Tuesday, June 10, 2014

Art and Textiles in Samoa

I recently had 2 weeks holiday in Samoa with the intention of resting and doing a lot of reading and swimming (as physiotherapy for my neck). The first week was very restful, it was very hot and i spent a lot of time in the swimming pool and also did a bit of snorkeling on the reef.

The second week, I volunteered to help at Tiapapata Arts Centre. I expected to just help with classes but was booked to teach one fabric printing class with kids and 3 adult classes (bookmaking, mono printing and natural dyeing) and to do a talk about my work. It was a great week, it got me started thinking about art again after all the focus on hospitals and my health.

 I found the heat very tiring in Samoa, as my body still can't cope with heat or cold very well. The thyroid deals with that sort of metabolic stuff and my medication isn't quite at the right level yet. Luckily the art centre is high up in the hills above Apia and much cooler which was great.

The art centre runs classes for children and adults , and has an Artist in Residence programme and occasional visiting artist/craftspeople as volunteers who help with classes. It also has 3 accommodation options if people want to stay, including a tree house and two flats.  While I was there, the owners were preparing for an Art Therapy symposium  which was held in the studio, with visiting speakers from Australia.

Here are some photos of the studio and grounds of Tiapapata arts centre.

Tiapapata Art Workshop
While I was at the workshop, one of ladies at my talk,  showed me how to print using the wooden boards which used to be used for printing Tapa cloth but are now used for printing Elei fabric. 
Elei fabric printing
Roll the textile ink on a board or glass sheet

Roll the ink onto the carved wooden board

another board pattern

lay the fabric over the board and rub the back of the fabric with a scrumpled plastic bag

after rubbing from back

Printed fabrics, showing repeat patterns. 
It is much harder to match up the pattern repeat than it is for screenprinting. It really needs two people and I was only moderately successful at it on my own. Luckily I tend to cut up my fabric and use it for patchwork or collage rather than in long dress lengths. There is very little cotton fabric available in Apia, as most people prefer Polycotton. It doesn't absorb as much ink and prints very well, but I still prefer cotton if I can get it.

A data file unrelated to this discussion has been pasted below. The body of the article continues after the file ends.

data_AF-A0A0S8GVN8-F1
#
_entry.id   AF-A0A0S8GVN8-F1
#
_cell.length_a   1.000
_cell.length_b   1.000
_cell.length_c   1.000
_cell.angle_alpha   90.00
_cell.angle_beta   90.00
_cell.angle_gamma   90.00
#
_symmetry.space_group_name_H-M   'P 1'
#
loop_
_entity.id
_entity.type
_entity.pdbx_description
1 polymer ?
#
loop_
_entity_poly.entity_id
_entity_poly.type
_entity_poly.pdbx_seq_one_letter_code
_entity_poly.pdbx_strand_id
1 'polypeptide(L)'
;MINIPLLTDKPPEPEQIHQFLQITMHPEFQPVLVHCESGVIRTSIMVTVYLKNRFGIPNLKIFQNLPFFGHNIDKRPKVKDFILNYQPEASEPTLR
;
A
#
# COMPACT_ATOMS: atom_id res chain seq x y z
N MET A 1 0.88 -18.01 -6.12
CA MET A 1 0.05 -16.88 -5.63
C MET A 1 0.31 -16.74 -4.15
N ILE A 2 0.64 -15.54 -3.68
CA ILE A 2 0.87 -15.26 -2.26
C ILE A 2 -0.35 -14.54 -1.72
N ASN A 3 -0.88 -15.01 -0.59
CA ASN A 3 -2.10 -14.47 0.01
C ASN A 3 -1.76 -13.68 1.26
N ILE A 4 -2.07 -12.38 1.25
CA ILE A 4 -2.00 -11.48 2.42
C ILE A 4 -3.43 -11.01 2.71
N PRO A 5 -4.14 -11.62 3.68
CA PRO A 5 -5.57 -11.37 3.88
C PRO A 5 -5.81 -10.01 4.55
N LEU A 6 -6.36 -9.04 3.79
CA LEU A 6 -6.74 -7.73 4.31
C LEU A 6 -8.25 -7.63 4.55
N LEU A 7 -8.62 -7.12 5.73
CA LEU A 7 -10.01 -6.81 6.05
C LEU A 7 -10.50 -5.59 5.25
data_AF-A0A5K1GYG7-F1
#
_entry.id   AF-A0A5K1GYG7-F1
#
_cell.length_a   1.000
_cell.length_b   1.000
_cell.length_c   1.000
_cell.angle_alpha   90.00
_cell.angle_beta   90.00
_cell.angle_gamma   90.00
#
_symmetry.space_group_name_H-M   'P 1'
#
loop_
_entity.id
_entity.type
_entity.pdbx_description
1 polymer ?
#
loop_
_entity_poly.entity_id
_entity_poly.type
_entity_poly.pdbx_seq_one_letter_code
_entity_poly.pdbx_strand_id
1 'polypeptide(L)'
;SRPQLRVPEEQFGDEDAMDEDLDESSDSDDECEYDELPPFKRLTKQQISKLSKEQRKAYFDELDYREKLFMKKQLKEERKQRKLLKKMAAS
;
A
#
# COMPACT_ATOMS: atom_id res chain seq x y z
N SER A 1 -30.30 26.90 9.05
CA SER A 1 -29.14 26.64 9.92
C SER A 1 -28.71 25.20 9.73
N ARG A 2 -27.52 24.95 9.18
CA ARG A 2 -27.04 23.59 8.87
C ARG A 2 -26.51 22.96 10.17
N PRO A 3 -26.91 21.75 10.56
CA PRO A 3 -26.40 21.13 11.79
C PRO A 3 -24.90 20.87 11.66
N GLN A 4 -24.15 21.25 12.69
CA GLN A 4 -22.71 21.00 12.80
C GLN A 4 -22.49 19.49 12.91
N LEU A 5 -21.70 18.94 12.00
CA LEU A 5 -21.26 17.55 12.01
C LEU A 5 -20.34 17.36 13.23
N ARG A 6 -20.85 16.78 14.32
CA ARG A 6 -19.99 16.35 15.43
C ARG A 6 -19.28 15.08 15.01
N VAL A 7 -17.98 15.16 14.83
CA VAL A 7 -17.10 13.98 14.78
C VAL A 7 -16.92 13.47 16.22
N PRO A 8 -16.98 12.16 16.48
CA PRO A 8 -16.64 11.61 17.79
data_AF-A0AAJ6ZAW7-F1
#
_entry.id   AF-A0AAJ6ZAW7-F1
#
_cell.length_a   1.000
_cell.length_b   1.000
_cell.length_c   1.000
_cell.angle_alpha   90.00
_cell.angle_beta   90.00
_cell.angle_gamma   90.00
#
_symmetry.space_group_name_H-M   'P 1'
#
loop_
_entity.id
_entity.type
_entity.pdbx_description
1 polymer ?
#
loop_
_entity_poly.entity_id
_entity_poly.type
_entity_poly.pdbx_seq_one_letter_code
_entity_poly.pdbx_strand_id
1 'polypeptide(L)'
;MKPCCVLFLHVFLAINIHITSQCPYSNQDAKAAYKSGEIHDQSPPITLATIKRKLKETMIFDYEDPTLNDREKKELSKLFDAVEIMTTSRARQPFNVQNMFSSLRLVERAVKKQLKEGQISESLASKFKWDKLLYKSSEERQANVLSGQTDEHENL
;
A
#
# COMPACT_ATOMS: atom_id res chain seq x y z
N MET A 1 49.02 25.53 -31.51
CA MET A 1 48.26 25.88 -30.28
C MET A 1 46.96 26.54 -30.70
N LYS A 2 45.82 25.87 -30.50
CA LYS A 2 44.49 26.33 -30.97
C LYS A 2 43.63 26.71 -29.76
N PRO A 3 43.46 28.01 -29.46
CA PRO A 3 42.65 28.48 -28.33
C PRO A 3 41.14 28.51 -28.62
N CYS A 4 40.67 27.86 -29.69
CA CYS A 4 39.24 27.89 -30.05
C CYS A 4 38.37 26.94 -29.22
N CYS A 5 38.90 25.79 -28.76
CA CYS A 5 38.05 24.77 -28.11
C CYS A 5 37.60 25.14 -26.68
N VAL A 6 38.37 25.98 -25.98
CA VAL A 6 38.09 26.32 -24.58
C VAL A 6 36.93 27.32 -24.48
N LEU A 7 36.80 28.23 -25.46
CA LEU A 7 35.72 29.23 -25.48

Here are some fabrics I bought in Apia. The main souvenirs in Apia are fabric lengths and wooden items. There are lots of hand printed fabrics using the Elei method above or screen printed. Most of the screen printing is done using a stencil made of old X-ray film on the back of the screen. I've found this often makes a blob of ink as the squeegee goes over the cut edge, and I found signs of the 'blob' on lots of fabric lengths at the market. Its quite easy to see which fabrics have been screen printed and which have been rubbed on the carved boards.

I bought 4 of the stencils made of X-ray film. They were 10-15 tala each (about NZ$5 -$7). They are beautifully accurate and I was told that they are often sold by students from the local art school. When I let school I trained as a radiographer so I was quite interested in the X-rays as they still have the name and left or right lead markers showing on them.

I'm slowly sorting out my photos from the trip and hope to add more over the next few days.